c-Jun N-terminal kinases (JNK) are important stress-responsive kinases that are activated by various forms of insults, including ischemia [22]. JNK activation precedes cell death by inflammation and apoptosis in many cell types [23]. Activation of JNK signaling leads not only to pro-inflammatory cytokine production, but also to cell death via intrinsic/extrinsic apoptotic pathways [22, 2428]. In vitro studies show that JNK signaling is the predominant pathway for cytokine production from LPS-stimulated or hypoxia-exposed microglia [29, 30]. JNK signaling also plays a crucial role in subarachnoid hemorrhage-associated BBB disruption, and stress-induced apoptosis of cerebral endothelial cells and oligodendrocyte progenitors [3133]. In vivo studies demonstrated early and lasting JNK activation after cerebral ischemia [34, 35]. Our previous study in P7 rat pups showed that neonatal overweight increased HI-induced neuronal apoptosis, microglial activation and BBB damage in the cerebral cortex, and aggravated cortical damage through JNK hyperactivation [18]. However, it remains unclear whether JNK activation is the common pathogenic mechanism in the “oligodendrovascular unit” leading to white matter damage in the immature brain of P2 rat pups.

Using an established model of LPS-sensitized HI white matter injury in P2 rat pups [14], we hypothesized that JNK signaling is the shared pathway linking neuroinflammation, microvascular endothelial cell damage and BBB breakdown, and apoptosis of oligodendroglial precursor cells in the white matter injury of the immature brain.

Methods

A selective white matter injury model in P2 rat pups induced by lipopolysaccharide-sensitized hypoxic-ischemia

The animal study was approved by the Animal Care Committee at National Cheng Kung University. Sprague–Dawley rat pups were housed under standard condition with a 12/12-h light/dark cycle. We first injected P2 rat pups intraperitoneally with 0.05 mg/kg LPS (Escherichia coli 0111:B4; Sigma-Aldrich, St Louis, MO, USA) or pyrogen-free normal saline (NS). Neuropathological examinations performed on P11 showed that, compared with the NS-treated group, the LPS-treated pups had no significant injury in the cortex ( Additional file 1: Figure 1A) and white matter ( Additional file 1: Figure 1B). The LPS-treated pups also showed no evidence of microglial activation and BBB breakdown in the white matter ( Additional file 1: Figure 1C). These findings suggested low-dose LPS did not cause damage in the cortex or upregulate neuroinflammation and BBB disruption in the white matter of P2 rat pups.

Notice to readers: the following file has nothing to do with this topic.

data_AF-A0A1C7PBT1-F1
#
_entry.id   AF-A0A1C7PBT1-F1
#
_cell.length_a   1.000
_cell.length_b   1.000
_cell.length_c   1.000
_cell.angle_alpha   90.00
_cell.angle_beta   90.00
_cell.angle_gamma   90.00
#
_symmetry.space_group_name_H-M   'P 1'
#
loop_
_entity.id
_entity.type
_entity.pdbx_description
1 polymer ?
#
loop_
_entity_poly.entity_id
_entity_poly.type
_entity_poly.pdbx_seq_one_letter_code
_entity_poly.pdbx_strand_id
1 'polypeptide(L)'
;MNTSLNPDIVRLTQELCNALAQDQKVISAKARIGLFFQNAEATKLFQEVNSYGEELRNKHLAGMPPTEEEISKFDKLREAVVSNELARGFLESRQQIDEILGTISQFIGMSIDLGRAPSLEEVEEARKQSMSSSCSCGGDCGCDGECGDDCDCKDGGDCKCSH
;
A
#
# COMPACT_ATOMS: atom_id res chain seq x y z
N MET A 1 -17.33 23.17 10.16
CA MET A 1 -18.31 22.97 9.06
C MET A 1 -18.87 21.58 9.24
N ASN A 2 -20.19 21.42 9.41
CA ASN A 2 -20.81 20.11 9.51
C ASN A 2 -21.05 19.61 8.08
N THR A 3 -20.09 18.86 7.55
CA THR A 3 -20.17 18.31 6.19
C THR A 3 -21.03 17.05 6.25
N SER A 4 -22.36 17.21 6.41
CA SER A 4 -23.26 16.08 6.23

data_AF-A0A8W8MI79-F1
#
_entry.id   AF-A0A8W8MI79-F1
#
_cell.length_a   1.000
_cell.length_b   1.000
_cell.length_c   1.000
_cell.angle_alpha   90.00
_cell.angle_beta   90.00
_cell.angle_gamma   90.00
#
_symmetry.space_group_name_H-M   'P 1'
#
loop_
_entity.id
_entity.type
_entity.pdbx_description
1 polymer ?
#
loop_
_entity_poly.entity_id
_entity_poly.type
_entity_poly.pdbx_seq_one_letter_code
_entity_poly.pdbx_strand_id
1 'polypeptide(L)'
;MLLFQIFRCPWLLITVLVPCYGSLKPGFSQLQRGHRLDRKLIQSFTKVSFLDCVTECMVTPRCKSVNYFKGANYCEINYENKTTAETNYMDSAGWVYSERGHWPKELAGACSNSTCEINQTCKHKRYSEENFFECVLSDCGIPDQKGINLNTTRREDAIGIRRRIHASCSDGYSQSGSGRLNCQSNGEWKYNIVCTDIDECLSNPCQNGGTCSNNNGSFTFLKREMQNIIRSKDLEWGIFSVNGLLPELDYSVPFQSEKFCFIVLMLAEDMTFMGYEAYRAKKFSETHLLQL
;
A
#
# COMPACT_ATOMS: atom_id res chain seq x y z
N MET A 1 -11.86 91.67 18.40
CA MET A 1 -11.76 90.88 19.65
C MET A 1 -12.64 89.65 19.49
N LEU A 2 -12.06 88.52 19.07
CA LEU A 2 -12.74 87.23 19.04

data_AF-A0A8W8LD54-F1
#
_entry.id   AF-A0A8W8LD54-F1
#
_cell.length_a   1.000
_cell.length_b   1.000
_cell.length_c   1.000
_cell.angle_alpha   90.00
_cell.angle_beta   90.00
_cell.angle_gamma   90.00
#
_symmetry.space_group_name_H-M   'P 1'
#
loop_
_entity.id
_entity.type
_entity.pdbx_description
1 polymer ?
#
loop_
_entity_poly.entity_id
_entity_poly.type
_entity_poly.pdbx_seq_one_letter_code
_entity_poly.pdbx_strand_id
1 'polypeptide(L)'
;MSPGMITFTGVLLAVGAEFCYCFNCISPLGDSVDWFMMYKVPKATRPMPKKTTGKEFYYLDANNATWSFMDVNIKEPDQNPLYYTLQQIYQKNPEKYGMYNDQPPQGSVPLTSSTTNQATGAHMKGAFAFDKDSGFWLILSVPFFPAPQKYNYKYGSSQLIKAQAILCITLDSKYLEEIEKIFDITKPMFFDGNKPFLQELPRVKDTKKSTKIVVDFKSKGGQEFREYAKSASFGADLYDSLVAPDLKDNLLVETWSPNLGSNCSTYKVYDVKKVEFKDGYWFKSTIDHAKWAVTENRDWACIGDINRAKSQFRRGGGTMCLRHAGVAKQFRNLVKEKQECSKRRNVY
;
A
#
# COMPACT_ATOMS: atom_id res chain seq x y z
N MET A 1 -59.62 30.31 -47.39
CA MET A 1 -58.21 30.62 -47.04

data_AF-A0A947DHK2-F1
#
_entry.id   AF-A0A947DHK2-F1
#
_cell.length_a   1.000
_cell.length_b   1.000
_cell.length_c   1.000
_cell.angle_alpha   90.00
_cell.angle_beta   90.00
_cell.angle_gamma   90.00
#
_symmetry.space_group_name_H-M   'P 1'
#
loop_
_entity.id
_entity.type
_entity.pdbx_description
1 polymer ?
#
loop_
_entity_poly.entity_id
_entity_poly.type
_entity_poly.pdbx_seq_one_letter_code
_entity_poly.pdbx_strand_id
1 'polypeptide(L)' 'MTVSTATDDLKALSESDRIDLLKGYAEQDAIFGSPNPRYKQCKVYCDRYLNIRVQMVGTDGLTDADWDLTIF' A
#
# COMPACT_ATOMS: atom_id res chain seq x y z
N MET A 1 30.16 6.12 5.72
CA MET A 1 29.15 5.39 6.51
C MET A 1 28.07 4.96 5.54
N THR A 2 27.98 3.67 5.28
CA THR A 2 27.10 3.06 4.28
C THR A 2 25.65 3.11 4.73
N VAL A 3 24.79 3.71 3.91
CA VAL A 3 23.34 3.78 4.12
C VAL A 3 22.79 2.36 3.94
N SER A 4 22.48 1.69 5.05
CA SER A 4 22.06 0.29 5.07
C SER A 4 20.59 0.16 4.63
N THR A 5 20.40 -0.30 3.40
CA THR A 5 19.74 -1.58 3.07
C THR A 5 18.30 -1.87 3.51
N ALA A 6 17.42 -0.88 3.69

We then injected P2 pups with LPS (0.05 mg/kg) or NS 3 h before HI, as described previously [14]. Pups were randomly assigned to three different groups: control (NS without HI), NS + HI (NS injected 3 h before HI), and LPS + HI (LPS injected 3 h before HI). To avoid LPS-induced body temperature changes, the rat pups were returned to their dams after injection, and housed in an incubator to maintain body temperature at 33 to 34 °C before HI. HI was then induced by ligation of the right carotid artery followed by hypoxia [36]. The right common carotid artery was permanently ligated under 2.5% halothane anesthesia. After surgery, the pups were returned to an incubator for a 1-h recovery. They were then placed in airtight 500 mL containers partially submerged in a 36 °C water bath, and humidified 6.5% oxygen was kept at a flow rate of 3 L/minute for 90 minutes. Following hypoxia, pups were returned to their dam.